All I know is, not that long ago, I dreamed of these two characters. They were no one I knew, but I knew they belonged in a book. I wrote it up, 24,000 words, the most words I’d ever written on anything. The book was a mess and not done, but it’s what made me think I could do this for real. It was 2010, maybe. Not that long ago, but before I had a phone in my pocket. Back when I might go days without turning my computer on. How did my brain change so fast? Now I’m online for so many of my waking hours. And how do I change it back, so I dream of books again?

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The Map to Inspiration is an online class, yes, but it’s all about how to get offline if that’s what you want. The online part is less than half an hour each week, and then you can be offline the rest of the time. It’s all about figuring out exactly what it is you want to do, and what’s blocking you from getting it done. It starts January 16, 2024. More info here.

Thoughts and Links

  • I bought a wool sweater from Goodwill for $3. I mostly got it because I was cold at the time. Like, in the store, I was cold. It’s a very warm sweater, but was a men’s size XL crewneck, and frankly was pretty unflattering. Like a giant cozy blanket, but also, dumpy. I cardiganized it as per the instructions in Mend! — sliced it up the front, sewed on bias binding and snaps, and now it’s cooler. Who knew? It felt so rebellious to cut a sweater clear up the middle.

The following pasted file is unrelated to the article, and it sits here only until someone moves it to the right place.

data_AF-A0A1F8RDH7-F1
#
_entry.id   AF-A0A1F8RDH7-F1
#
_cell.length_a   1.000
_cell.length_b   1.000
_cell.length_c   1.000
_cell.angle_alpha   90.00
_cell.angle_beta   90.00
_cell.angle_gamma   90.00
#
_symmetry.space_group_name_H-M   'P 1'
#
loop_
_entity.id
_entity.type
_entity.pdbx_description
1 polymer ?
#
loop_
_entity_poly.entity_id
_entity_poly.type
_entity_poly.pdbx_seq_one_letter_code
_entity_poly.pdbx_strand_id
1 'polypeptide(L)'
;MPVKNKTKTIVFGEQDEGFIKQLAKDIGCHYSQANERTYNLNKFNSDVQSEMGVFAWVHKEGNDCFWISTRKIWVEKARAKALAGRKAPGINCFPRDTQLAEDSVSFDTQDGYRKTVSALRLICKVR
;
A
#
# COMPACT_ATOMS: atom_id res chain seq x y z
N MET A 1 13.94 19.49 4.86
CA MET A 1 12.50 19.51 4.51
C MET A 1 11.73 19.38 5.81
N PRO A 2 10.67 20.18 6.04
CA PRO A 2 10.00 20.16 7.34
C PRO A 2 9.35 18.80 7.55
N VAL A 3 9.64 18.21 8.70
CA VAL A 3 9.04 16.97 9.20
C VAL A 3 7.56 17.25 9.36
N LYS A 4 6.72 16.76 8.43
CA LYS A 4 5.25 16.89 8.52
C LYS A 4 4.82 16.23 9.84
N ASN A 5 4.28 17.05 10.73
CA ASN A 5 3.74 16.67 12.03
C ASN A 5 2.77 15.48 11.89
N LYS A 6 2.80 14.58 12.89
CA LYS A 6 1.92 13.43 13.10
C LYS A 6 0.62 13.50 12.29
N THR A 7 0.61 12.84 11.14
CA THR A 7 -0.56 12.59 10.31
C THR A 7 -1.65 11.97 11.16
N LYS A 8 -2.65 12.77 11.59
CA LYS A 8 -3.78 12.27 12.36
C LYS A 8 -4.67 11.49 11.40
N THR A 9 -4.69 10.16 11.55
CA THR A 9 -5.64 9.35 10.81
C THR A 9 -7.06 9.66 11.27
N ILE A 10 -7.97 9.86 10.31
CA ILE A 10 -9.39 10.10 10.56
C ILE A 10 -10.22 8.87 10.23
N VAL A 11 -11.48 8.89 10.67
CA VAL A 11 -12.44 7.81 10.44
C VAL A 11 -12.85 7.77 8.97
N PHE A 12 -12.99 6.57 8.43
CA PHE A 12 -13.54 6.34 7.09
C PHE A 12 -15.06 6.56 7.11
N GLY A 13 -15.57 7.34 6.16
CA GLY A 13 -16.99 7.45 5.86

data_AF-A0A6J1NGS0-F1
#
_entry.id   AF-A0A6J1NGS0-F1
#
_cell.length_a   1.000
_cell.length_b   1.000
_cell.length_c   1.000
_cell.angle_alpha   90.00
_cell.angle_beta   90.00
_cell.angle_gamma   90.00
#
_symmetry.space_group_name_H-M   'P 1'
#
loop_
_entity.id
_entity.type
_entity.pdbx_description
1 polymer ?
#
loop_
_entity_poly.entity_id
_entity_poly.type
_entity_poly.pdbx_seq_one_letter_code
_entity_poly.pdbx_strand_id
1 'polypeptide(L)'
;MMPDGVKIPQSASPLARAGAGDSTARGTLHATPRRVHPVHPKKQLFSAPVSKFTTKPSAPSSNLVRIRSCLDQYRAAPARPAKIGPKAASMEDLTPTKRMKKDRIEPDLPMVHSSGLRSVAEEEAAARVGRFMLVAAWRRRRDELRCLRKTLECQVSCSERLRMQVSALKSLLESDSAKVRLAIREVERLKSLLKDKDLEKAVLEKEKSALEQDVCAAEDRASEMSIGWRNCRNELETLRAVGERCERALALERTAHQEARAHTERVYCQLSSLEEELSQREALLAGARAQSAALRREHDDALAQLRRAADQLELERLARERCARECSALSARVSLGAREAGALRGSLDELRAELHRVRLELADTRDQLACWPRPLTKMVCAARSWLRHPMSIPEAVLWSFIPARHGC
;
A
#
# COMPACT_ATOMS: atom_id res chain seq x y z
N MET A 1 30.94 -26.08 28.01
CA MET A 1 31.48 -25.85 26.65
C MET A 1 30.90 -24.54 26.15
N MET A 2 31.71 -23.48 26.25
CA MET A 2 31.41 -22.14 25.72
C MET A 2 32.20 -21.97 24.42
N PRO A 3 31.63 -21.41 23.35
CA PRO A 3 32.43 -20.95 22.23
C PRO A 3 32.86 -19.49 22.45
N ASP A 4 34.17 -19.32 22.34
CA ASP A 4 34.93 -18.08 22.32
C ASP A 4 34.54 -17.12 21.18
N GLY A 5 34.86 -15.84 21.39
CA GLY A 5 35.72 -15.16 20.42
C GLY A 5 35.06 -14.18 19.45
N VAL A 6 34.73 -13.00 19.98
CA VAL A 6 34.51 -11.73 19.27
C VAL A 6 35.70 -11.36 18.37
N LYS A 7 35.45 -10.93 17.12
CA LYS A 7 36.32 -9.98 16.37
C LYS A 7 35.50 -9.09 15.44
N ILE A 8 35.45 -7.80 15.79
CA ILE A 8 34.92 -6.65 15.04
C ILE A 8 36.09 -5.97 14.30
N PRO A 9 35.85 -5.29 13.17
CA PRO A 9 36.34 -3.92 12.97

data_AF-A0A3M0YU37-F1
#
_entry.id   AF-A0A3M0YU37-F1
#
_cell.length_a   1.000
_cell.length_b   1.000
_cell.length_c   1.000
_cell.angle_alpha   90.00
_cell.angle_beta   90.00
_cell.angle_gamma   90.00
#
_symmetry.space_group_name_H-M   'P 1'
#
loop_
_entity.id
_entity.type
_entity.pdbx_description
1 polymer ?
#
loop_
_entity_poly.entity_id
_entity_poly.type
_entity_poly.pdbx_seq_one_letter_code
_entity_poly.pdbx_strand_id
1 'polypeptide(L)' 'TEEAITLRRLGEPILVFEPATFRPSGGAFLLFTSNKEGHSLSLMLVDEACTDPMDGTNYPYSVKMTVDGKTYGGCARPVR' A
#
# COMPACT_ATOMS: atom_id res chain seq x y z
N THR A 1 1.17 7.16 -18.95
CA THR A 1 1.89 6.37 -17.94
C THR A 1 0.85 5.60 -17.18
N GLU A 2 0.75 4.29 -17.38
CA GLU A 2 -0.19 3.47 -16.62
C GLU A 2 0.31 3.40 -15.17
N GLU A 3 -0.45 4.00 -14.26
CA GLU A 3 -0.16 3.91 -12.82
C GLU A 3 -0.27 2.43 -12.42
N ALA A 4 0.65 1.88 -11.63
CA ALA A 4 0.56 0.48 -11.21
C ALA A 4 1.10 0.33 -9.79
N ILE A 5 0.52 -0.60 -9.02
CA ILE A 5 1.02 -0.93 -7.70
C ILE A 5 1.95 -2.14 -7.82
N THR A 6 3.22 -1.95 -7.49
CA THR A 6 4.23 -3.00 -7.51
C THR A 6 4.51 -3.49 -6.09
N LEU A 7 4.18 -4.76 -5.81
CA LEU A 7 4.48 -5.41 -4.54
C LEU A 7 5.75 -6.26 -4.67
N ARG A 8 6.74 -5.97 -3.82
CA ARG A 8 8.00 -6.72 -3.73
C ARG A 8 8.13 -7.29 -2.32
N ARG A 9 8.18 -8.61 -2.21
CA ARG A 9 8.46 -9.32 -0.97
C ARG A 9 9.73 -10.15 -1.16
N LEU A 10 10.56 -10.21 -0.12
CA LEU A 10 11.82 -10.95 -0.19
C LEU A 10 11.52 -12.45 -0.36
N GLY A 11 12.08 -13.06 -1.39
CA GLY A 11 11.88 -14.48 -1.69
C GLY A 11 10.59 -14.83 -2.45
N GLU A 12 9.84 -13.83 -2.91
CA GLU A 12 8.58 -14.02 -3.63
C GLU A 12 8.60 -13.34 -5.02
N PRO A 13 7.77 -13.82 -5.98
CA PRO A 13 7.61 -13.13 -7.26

• I made the triple ginger chocolate cookies, and made the candied ginger from Alton Brown’s recipe, and I think the candied ginger alone is my favorite sweet I’ve made all season. I saved the ginger water from boiling the ginger and have been making ginger lime mocktails with it. The cookies were amazing but are definitely ones you need to announce. They look like chocolate cookies but are molasses. You need to warn people.

  • If you ever want a critique from me, I do them through the Manuscript Academy.

  • This is your reminder that the full movie of The Best Christmas Pageant Ever is available on YouTube, and it’s perfect.

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Books I read recently and loved

Disclosure: book links in this newsletter are affiliate links to Bookshop.org, a site which supports independent bookshops.
  • I’m in love with The Bees of Notre Dame by Meghan P. Browne and illustrated by

    . I love a book that is a history and a story and a dreamy gorgeous piece of art.

  • The Tree and the River by Aaron Becker is so fascinating and a little tiny bit distressing — it made me feel like we’re all just tiny parts of a larger landscape. I also keep thinking about how it compares to (adult novel) North Woods. Both are about one place and how it changes over time via the people who live there.

  • I love serious deep dives into what makes things funny, which is why I ate Comedy Book by Jesse David Fox right up.

  • It’s the second year in a row that Just Like Magic by Sarah Hogle has put me in a jolly holiday mood. I recommend it if you like your holiday rom coms with a side of complete ridiculousness.

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Do the Work
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Pep talks about writing and creativity, mostly while I'm walking the dog.
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Julie Falatko